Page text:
As these defects accumulate, mitochondria start to malfunction. This results in a reduction in cellular energy production. And cells die.
The result of this dysfunction can be brain fog, cognition problems, poor memory and recall. And ultimately neurodegenerative diseases like Alzheimer’s, Huntington’s, stroke and others.
Studies show that CoQ10 protects against this cellular damage by raising energy levels. In a study with rats, scientists put CoQ10 in their chow for 10 days before giving them a toxin that caused brain lesions. CoQ10 reduced lesions by 30%. And restored energy production in neurons to nearly normal levels.
2. CoQ10 preserves brain function, mental illness and fights migraines. CoQ10 is essential not only in preventing brain deterioration at a structural level, but in maintaining normal function at all ages.
Studies are beginning to show some troubling associations between migraine headaches and mental health issues like depression and schizophrenia.
Scientists don’t know for sure what causes migraines. But think it may be related to brain energy levels. Studies show that CoQ10 supplementation in children, adolescents and adults had significant decreases in frequency and length of migraines
Major depression, bipolar disorder and schizophrenia have long been considered separate health issues. Lately, they are being recognized as having mitochondrial dysfunction in common. And higher oxidative stress levels.
Just one of many studies show that depression in older bipolar adults had a significant reduction in symptoms. This was after treatment with 1,200 mg of CoQ10 per day.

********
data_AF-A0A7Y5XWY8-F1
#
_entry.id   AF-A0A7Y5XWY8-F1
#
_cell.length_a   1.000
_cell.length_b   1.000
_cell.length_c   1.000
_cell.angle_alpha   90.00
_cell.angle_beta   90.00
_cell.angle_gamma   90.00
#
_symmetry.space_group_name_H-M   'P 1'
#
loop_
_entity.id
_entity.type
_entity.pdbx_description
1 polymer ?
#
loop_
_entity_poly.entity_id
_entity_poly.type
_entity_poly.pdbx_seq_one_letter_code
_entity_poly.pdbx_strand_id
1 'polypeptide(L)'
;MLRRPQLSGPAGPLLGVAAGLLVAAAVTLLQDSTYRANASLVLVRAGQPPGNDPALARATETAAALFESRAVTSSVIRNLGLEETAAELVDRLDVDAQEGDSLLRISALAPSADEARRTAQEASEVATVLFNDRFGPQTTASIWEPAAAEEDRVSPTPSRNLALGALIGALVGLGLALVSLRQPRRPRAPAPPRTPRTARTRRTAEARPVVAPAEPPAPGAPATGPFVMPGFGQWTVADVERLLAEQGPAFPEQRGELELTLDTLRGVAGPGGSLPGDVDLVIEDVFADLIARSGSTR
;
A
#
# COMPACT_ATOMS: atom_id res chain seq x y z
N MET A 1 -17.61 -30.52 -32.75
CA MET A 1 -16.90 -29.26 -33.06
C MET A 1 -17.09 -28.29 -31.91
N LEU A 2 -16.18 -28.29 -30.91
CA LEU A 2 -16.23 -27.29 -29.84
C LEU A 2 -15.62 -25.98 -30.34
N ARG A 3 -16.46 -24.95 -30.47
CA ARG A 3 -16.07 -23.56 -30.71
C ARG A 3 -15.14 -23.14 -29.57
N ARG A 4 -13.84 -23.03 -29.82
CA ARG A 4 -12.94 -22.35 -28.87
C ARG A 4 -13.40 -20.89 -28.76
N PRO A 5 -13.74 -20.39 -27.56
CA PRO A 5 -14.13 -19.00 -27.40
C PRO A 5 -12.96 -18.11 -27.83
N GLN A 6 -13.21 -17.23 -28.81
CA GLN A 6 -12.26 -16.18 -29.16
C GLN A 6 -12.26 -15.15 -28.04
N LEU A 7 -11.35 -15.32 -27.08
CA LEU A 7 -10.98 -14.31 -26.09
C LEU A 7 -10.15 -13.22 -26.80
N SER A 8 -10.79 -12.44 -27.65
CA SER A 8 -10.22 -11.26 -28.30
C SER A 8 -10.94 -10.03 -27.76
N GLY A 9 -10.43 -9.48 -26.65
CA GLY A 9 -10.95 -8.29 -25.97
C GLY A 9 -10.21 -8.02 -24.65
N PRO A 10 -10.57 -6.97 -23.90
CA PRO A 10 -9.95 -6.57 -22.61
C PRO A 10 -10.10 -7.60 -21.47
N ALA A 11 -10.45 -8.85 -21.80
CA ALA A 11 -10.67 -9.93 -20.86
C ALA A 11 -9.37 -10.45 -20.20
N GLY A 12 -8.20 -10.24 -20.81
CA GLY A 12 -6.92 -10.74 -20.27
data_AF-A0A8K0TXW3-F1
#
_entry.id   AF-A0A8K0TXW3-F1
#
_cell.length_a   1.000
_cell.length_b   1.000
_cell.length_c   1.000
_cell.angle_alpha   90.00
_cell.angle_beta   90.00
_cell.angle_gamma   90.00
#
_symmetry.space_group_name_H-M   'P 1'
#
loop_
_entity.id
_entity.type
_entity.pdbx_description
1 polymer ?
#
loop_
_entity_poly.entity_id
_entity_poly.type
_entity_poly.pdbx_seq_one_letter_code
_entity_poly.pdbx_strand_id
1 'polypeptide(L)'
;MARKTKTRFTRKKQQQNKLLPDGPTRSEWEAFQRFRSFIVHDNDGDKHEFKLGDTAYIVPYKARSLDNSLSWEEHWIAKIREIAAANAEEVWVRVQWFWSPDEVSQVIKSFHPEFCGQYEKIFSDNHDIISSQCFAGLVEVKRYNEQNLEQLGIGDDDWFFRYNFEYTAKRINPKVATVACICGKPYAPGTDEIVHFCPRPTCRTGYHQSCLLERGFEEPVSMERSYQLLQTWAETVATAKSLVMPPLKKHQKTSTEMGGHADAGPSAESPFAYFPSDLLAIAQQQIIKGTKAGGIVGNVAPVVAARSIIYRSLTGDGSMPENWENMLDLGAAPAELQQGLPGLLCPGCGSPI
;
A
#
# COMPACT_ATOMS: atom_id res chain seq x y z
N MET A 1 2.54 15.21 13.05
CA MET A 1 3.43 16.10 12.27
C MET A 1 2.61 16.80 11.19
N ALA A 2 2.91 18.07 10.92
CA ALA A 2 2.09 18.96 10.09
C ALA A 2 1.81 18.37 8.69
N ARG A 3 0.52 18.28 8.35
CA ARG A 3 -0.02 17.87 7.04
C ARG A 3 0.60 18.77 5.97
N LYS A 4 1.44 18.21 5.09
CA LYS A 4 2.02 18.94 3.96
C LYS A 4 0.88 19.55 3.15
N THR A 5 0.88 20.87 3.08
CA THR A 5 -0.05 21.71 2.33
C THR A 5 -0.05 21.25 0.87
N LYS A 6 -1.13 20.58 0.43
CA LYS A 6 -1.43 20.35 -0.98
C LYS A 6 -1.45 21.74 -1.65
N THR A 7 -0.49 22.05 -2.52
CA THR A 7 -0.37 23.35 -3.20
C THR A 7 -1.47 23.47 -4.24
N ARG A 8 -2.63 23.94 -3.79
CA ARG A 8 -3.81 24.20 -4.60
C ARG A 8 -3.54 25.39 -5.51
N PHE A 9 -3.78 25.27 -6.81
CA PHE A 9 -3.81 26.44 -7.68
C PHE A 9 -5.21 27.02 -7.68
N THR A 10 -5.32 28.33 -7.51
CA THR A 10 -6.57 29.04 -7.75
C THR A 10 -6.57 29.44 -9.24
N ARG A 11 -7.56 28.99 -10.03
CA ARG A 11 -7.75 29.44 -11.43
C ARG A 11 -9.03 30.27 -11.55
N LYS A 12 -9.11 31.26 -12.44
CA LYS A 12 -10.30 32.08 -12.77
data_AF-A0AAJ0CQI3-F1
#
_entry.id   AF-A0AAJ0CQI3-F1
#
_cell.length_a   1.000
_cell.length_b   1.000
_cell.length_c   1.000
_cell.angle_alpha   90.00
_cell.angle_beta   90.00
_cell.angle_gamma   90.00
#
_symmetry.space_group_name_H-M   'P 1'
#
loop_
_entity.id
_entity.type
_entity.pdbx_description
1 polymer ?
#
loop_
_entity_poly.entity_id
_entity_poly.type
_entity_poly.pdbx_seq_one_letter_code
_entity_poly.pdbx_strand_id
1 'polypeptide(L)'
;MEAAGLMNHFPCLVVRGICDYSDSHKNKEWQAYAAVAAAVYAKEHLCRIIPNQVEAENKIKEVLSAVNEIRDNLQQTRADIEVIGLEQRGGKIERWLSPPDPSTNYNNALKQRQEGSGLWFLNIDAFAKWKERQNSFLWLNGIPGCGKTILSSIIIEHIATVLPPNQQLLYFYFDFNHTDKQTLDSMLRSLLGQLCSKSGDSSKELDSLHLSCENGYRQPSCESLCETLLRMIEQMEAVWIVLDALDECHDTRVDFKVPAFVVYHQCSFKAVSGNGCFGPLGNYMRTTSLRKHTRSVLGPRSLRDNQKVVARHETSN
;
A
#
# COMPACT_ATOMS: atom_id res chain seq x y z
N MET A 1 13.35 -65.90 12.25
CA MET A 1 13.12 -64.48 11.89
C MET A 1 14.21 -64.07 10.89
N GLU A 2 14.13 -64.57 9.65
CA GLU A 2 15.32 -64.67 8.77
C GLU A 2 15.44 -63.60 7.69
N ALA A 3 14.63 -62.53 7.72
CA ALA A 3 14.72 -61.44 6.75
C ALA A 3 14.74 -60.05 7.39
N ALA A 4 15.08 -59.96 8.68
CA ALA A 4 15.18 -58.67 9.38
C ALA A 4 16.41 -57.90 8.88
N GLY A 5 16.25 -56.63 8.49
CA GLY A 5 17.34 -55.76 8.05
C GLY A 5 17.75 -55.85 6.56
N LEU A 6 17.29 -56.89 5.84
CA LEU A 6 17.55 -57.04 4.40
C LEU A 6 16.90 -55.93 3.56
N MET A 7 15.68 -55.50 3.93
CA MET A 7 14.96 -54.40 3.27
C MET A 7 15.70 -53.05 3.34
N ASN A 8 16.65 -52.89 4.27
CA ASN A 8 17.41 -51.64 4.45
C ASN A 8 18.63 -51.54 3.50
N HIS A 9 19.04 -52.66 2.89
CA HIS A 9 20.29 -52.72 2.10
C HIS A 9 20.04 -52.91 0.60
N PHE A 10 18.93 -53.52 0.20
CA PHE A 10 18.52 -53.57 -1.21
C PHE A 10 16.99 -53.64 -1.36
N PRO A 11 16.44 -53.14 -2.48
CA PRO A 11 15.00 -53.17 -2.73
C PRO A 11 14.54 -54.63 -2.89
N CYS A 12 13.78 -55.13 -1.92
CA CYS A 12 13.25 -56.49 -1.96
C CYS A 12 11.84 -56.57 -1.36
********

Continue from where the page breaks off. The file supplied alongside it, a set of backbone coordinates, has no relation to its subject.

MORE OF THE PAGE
As we get older, the chemistry in our brain cells and energy metabolism changes.
↓ Brain cell membranes degenerate
↓ Recall, reaction time and mood diminish
↓ Neurotransmitter levels decline
All of these age-related changes are contributing factors to the neurodegenerative diseases of aging, including Alzheimer’s and dementia.
But even if things haven’t degenerated to such a debilitating level, CoQ10 can help.
Research from thousands of studies have shown that Coenzyme Q10 will:
Optimizing your mitochondria is one the most powerful strategies you have to extend your life. Mitochondrial dysfunction is associated with the aging process, including many age-related diseases.
So when taking CoQ10 you should feel better and more energized. Thinking should be clearer. Less fatigue and stamina improved.
Some neurohackers report feeling more fatigue while taking Ubiquinol. And actually feel better taking the less optimized form Ubiquinone.
CoQ10 was first isolated from beef hearts at the University of Wisconsin in 1957. Research continued at Merck & Company, Stanford Research Institute, and the University of Texas at Austin. Many studies from around the world have been published since.
A study at the University of Texas was conducted to find out if supplementing with CoQ10 or Vitamin E could help older mice learn tasks more quickly. The researchers separated groups of older mice. And gave each mouse either CoQ10, Vitamin E, or both antioxidants for 14 weeks.
The mice were run through a battery of tests assessing learning, memory and psychomotor function. The study concluded that CoQ10 combined with Vitamin E working in concert boosted performance in all tests.
Neuron death caused by oxidative stress is implicated in a host of neurodegenerative diseases. Including Alzheimer’s, Parkinson’s and stroke.
Oxidative stress is an imbalance between the production of free radicals, and the ability of your body to detoxify the harm caused by free radicals. Exposure to toxins in your everyday environment can cause oxidative stress.
Researchers at the University of Windsor in Canada demonstrated this effect using human cells in the lab exposed to an herbicide commonly used in North America.
Your brain exposed to this toxin causes apoptosis (programmed cell death) and DNA fragmentation. But scientists found that cells pretreated with CoQ10 prevented oxidative stress and neuron damage.
The profound protective effect of CoQ10 on brain neurons and memory was proven in studies with soldiers who fought in the Persian Gulf War.